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The teaching of phonics and reading at Greystones Primary School

In addition to reading the information that is detailed below, you may like to follow these links for more details about what is taught and expectations at Greystones (just click on the words):

1. Phonics expectations

2. Foundation phonics overview

3. Foundation Lilac Books

3. Year 1 phonics overview

4. Year 2 phonics overview

5. Phonics in KS2

6. Book Study expectations - how we approach teaching book study/comprehension

7. Key Stage 2 - approaches to teaching reading

8. Reading progression at Greystones

9. Parent information for Foundation and Key Stage 1

10. Parent information for Key Stage 2

11. Phonics Pure Sounds Teaching Video




Learning to Read at Greystones 

To teach phonics and early reading we use the accredited Pearson Phonics Bug as the basis of our work.

Reading in our school is a priority.  

Phonics should be the primary strategy that children use to learn to read and write even after KS1. 

Teaching Reading Skills 
The National Curriculum defines reading as a combination of word-reading skills and comprehension. At Greystones we teach these skills explicitly in a number of ways: 

  • Guided Reading sessions (all year groups)  

  • Book Study lessons (whole-class reading lessons in Y2 – Y6) 

  • Discrete daily synthetic phonics lessons (FS2, KS1 and also, where necessary, in KS2) 

  • 1:1 reading teaching with a Teacher or Teaching Assistant (in FS2, KS1) 

  • English lessons 

  • Additional individual and small group reading interventions (for those children whose attainment in any aspect of reading is a cause for concern in all year groups). 

  • Children also apply their reading skills in all areas of the curriculum. They use independent and supported reading to further their learning.  

Reading For Pleasure 

  • As teachers we understand how important it is that children have positive reading experiences they enjoy and learn from so they are motivated to read independently.   

  • Children in each class have opportunities every day to choose and read from a wide selection of texts (stories, picture books, information texts, reference books, comics, poetry, joke books, song lyrics etc).  

  • Children in all classes are regularly read to e.g. during story-time at the end of the day and they take part in frequent discussions about stories, poetry and information texts.  

  • Across school, Guided Reading and Book Study texts have been carefully selected so children participate with interest and enthusiasm. All children have opportunities to visit our school local library once a week and can choose to take home a book to read for pleasure. 

  • We facilitate whole school events and take part in national book awards to promote a love of reading: World Book Day, Sheffield Children’s Books Awards and UKLA Book Awards. 

  • We use school reading awards to motivate and celebrate children’s reading.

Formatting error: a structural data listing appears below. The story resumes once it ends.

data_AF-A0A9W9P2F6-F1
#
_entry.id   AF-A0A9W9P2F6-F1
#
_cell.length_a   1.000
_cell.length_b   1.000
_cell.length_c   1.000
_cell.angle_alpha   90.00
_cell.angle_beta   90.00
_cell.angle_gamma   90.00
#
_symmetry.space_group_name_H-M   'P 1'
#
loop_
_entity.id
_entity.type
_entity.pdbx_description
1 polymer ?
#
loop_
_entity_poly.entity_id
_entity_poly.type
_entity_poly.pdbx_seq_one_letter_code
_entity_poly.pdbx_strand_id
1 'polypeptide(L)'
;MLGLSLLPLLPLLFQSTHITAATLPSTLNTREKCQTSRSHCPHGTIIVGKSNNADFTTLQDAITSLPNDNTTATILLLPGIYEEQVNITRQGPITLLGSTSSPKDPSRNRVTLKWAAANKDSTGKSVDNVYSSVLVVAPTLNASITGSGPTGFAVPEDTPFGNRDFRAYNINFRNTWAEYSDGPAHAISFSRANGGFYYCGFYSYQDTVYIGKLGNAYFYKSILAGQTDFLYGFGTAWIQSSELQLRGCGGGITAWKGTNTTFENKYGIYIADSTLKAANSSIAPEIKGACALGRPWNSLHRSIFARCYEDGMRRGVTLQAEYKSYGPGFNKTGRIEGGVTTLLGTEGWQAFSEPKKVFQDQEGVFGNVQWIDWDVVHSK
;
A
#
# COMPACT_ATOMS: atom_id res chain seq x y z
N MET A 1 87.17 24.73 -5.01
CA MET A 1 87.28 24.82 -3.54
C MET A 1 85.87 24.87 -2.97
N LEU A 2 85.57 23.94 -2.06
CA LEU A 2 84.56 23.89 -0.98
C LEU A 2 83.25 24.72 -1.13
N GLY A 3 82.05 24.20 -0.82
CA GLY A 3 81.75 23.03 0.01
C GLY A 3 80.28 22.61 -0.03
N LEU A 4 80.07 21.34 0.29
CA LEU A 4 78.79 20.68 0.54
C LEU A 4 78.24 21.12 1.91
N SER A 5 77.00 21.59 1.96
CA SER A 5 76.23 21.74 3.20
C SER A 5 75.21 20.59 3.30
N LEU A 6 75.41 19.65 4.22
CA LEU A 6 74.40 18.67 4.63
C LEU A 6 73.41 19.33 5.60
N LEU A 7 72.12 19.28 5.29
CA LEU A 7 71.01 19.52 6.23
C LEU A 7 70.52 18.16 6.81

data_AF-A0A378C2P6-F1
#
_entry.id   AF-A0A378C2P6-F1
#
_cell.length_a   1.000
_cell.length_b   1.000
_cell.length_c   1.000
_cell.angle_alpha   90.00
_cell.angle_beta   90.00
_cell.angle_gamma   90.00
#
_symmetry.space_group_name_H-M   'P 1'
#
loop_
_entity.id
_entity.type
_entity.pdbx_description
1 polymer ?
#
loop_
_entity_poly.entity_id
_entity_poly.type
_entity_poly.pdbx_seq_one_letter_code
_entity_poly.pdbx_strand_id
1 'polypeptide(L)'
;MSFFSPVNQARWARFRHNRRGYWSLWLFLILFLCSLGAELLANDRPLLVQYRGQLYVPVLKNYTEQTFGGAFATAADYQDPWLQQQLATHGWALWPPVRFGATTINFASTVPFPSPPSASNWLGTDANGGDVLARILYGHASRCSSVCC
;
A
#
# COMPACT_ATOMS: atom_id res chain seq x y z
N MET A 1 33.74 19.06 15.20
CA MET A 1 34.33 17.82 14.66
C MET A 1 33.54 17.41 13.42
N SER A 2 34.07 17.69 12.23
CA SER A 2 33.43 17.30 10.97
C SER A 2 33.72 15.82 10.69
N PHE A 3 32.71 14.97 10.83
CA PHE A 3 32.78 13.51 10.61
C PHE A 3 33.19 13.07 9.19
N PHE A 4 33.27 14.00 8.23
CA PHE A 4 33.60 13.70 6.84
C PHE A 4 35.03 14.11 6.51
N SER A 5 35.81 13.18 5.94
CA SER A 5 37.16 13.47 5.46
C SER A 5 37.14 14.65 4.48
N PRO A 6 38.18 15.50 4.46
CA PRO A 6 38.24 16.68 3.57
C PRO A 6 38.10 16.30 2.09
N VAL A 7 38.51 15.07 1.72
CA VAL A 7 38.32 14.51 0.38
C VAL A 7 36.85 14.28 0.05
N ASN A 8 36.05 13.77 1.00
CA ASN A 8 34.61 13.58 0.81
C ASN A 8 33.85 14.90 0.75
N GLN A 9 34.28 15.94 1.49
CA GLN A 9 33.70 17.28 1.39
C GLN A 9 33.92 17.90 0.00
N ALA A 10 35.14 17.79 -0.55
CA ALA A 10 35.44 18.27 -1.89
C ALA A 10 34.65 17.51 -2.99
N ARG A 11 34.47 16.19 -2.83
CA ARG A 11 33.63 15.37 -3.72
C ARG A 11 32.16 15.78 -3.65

Guided Reading and Book Study: 
Guided Reading involves a group of children with similar reading attainment reading with their class teacher for 20 – 30 minutes. Meanwhile the other children in the class participate in independent, reading-focussed activities. This lesson is repeated daily. Word-reading and comprehension skills are taught during Guided Reading.  
Book Study focuses on teaching comprehension skills and involves the whole class reading the same text. The teacher reads aloud while the children follow in their own texts. Each lesson has a specific learning objective and the children are taught to discuss and answer focussed questions about the text.  In Year 2 to Year 6 we have combined book study and guided reading into one reading approach so the children are being taught specific skills for reading throughout the year.   


Reading Interventions:  

Improving the reading skills of children who are attaining below their year group expectations is every teacher’s highest priority. Teachers work to provide quality first teaching for all children in their class. Children whose word-reading or comprehension skills are giving cause for concern (i.e. they are unlikely to meet the national expectations for their year group by the end of the year) are given regular 1:1 and small group reading support within their class. In addition to this, their learning is supported in the following ways: 
Fischer Family Trust (1:1 reading support with a specially trained teaching assistant, tailored to child’s specific gaps in reading skills. Three times per week for half an hour).  
1:1 Reading (In Year 1 and Year 2, each Teaching Assistant is assigned 2 children for each term. The TA reads for 10 minutes three times a week with each child, tailoring the reading instruction to that child’s reading needs).                                           


Partnership with Home: 

We encourage parents to read regularly to their children so children enjoy books and are motivated to read independently. We also run reading workshops to explain how we teach reading at school so parents feel confident about supporting their child’s reading at home. Parents of children in FS2 and KS1 are strongly encouraged to practise reading at home at least three times each week and we support parents with ideas of how to go about this.  All children have a reading diary, which explains our school approach to teaching phonics and reading and encourages children to read at home.  Children are rewarded for reading at home.